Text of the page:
After two full years of depressed home sales, the internal advertising pendulums have begun to swing for real estate. Agents, who initially tried to appease home sellers by advertising more on traditional channels, this year systematically cut their print budgets and pushed more money into the Web.
The result has been a slingshot effect for online advertising. While total ad spending on real estate has declined 3 percent this year, spending on the online segment has grown 25.8 percent, hitting $2.6 billion. We are projecting online real estate advertising to grow at a somewhat slower rate next year - 12.4 percent, while total real estate advertising continues to compress. In three years, agents and brokers will be spending more ad dollars with online media than with the newspaper.
The outlook is bleak for those in the business of making money off classified listings. A combination of economic uncertainty, falling prices and rising mortgage interest rates makes it probable that the volume of listings will decline, but also probable that the pot of money to be spent on advertising will likewise decline.
Two million adjustable-rate mortgages are due to be re-priced over the next 24 months and as many as 25 percent of these might go into default as a result. This is consistent with a report published in October by the Census Bureau showing that homeownership fell for the fourth consecutive quarter. From a peak of 69.3 percent of households in 2004, now only 68.1 percent of households own their own home. Economists believe lower home-ownership rates herald declines in new-home sales, which in turn will continue to drag on future construction.
Our data supports these assumptions. After average annual increases of approximately nine percent in total real estate advertising between 2001 and 2005, the market essentially flat-lined in 2006 and is forecast to fall by 3.3 percent this year. This trend will continue for at least the next two years. For newspapers, the situation is worse. We project that coming off last year's high of almost $5.2 billion in print advertising, there will be a 6.8 percent decline this year, almost the same again in 2008, followed by a stunning 16 percent fall in 2009 and 13 percent in 2010. By then, real estate marketers will be spending more on online media than on newspapers or local homes magazines.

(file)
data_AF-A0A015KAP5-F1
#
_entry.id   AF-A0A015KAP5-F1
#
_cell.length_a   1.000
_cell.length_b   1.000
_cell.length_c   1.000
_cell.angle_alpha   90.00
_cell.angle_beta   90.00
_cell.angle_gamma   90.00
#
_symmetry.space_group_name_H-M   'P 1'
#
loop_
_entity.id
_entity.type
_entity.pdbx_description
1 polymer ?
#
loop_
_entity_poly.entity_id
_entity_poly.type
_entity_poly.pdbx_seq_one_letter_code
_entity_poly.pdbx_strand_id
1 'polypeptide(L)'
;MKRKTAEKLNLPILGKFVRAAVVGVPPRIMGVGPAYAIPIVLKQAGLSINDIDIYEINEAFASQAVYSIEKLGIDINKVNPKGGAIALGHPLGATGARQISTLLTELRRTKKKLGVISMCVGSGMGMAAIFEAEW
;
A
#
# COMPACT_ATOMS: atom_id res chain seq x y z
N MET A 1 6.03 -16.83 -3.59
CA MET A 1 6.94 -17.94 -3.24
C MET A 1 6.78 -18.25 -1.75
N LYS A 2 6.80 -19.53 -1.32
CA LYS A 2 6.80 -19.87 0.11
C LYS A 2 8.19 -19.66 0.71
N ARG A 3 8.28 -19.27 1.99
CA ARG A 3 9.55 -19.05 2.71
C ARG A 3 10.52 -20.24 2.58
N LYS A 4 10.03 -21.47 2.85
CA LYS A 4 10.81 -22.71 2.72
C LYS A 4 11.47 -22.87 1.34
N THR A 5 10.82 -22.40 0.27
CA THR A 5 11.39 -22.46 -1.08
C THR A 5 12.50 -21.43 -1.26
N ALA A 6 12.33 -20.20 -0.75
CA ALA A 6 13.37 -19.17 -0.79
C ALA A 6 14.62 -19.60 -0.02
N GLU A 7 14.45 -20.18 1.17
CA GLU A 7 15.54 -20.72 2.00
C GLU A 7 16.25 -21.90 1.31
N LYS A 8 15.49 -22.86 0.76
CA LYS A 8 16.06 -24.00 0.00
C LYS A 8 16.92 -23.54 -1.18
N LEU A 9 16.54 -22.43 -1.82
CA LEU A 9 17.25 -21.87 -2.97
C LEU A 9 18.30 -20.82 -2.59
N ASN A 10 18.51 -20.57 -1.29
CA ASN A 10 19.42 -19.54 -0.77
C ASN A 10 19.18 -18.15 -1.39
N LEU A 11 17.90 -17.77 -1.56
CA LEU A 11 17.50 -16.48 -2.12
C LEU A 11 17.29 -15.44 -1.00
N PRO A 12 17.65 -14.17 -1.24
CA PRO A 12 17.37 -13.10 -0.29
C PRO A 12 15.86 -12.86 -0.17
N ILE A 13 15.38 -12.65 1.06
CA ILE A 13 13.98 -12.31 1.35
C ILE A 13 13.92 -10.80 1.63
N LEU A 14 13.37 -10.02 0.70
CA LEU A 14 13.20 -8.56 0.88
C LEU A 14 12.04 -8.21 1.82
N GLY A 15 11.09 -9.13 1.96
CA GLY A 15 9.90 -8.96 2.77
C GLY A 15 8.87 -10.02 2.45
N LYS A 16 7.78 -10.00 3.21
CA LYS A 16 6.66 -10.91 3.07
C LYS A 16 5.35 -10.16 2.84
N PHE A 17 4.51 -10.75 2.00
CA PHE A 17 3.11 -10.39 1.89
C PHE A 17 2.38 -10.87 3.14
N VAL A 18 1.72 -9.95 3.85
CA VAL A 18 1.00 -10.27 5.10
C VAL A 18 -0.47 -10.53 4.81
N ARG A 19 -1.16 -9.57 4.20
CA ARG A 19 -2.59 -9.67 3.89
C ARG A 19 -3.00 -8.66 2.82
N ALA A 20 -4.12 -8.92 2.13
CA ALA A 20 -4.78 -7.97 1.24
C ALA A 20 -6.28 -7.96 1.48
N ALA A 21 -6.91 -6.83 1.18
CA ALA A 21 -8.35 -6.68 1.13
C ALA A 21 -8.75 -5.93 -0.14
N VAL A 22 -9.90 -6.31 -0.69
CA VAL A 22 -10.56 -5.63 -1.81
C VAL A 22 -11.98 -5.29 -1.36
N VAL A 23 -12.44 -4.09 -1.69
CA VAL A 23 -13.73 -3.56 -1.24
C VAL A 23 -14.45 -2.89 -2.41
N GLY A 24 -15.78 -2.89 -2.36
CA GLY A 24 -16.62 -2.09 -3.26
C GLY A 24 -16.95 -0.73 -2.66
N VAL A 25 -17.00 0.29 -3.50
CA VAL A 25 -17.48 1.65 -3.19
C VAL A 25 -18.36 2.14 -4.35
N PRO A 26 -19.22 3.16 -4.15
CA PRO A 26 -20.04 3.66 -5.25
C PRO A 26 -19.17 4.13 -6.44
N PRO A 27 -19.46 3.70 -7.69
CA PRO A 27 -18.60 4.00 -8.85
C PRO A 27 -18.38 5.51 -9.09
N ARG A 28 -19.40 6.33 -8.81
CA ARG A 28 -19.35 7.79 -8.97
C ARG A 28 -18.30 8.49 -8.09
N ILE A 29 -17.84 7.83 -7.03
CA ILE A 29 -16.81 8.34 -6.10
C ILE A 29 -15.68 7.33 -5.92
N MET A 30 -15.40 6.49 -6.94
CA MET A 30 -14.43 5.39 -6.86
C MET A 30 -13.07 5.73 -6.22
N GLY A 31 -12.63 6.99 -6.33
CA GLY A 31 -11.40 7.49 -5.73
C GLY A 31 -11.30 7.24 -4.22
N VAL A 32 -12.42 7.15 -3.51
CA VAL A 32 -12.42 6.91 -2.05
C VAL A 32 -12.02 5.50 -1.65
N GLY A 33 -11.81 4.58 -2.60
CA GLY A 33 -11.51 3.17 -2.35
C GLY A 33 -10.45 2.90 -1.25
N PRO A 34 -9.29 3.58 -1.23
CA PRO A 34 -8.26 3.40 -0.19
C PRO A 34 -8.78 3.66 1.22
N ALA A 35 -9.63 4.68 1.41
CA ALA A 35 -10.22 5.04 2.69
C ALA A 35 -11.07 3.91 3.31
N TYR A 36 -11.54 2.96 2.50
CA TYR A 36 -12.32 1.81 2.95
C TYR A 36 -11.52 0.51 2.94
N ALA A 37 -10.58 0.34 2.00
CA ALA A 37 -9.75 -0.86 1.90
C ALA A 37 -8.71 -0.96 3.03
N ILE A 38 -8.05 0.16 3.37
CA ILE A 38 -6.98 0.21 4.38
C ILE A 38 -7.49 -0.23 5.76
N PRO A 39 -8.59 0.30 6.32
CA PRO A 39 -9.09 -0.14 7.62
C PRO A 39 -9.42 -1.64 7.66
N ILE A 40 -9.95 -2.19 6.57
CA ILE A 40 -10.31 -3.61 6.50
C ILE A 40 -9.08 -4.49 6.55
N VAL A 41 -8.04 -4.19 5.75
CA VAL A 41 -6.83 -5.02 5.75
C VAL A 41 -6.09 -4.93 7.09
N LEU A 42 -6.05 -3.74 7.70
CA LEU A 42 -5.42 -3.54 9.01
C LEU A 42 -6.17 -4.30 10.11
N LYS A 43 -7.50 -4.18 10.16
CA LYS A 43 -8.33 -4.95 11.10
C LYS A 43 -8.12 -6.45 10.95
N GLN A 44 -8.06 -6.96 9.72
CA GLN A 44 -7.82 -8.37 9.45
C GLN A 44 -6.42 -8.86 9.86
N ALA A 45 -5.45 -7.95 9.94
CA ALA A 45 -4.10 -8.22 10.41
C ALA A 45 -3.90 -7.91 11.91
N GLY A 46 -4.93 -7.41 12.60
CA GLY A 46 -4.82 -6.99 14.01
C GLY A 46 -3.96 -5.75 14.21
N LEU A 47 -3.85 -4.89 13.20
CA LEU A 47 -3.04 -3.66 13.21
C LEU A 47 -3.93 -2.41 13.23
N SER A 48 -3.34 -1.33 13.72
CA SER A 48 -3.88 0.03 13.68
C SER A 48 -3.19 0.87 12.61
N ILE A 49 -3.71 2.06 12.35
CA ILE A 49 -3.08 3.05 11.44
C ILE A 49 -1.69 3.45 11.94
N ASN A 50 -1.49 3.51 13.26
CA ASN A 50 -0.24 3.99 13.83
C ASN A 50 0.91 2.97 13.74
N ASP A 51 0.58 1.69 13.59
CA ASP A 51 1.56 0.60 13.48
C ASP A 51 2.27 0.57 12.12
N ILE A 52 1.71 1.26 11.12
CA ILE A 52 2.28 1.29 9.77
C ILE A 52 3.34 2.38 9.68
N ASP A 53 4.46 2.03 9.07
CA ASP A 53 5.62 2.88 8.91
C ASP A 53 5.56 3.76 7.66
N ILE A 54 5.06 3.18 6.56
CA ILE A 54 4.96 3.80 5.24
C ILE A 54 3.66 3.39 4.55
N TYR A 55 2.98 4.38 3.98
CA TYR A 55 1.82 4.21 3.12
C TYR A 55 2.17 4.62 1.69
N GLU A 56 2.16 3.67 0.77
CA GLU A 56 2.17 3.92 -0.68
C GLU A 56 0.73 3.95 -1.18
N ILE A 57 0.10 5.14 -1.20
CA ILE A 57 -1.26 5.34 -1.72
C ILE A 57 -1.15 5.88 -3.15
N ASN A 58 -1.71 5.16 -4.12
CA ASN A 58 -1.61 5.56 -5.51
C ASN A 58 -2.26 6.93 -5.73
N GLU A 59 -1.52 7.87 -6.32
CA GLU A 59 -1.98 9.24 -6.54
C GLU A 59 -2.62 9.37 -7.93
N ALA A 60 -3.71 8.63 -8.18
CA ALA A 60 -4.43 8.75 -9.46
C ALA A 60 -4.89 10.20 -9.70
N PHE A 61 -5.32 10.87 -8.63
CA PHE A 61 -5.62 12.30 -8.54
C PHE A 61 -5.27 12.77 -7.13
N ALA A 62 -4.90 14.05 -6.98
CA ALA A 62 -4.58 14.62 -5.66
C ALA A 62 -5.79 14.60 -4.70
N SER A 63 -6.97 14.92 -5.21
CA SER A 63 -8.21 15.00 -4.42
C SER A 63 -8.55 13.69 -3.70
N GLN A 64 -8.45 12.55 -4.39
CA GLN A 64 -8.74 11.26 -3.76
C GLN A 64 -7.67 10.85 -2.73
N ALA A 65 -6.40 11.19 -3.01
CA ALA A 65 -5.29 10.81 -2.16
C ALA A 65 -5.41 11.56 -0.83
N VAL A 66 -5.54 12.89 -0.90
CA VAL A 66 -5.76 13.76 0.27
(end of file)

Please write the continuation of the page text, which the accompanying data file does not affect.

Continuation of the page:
In 2008 the biggest blip on the radar could be a converging triumvirate of Yahoo, Zillow.com and a consortium of 11 newspaper companies. The consortium has created an advertising alliance with Yahoo - whose real estate offering has gone from being the eighth most-trafficked real estate Web site to the second mosttrafficked site) in the past year - and with Zillow.com which holds the No. 5 spot.
Mark's comments March 2010
looking back is always 20/20 but the web has become more important for real estate than anyone could have imagined just a few years back. That's why I spend so much time on my site and blog, it's what you want, information to help you make the most important decision you will ever make!
Thank you for reading my blog and if there is anything else I can help you with please don't hesitate to contact me,
A. Mark Argentino
P. Eng. Broker
Specializing in Residential & Investment Real Estate
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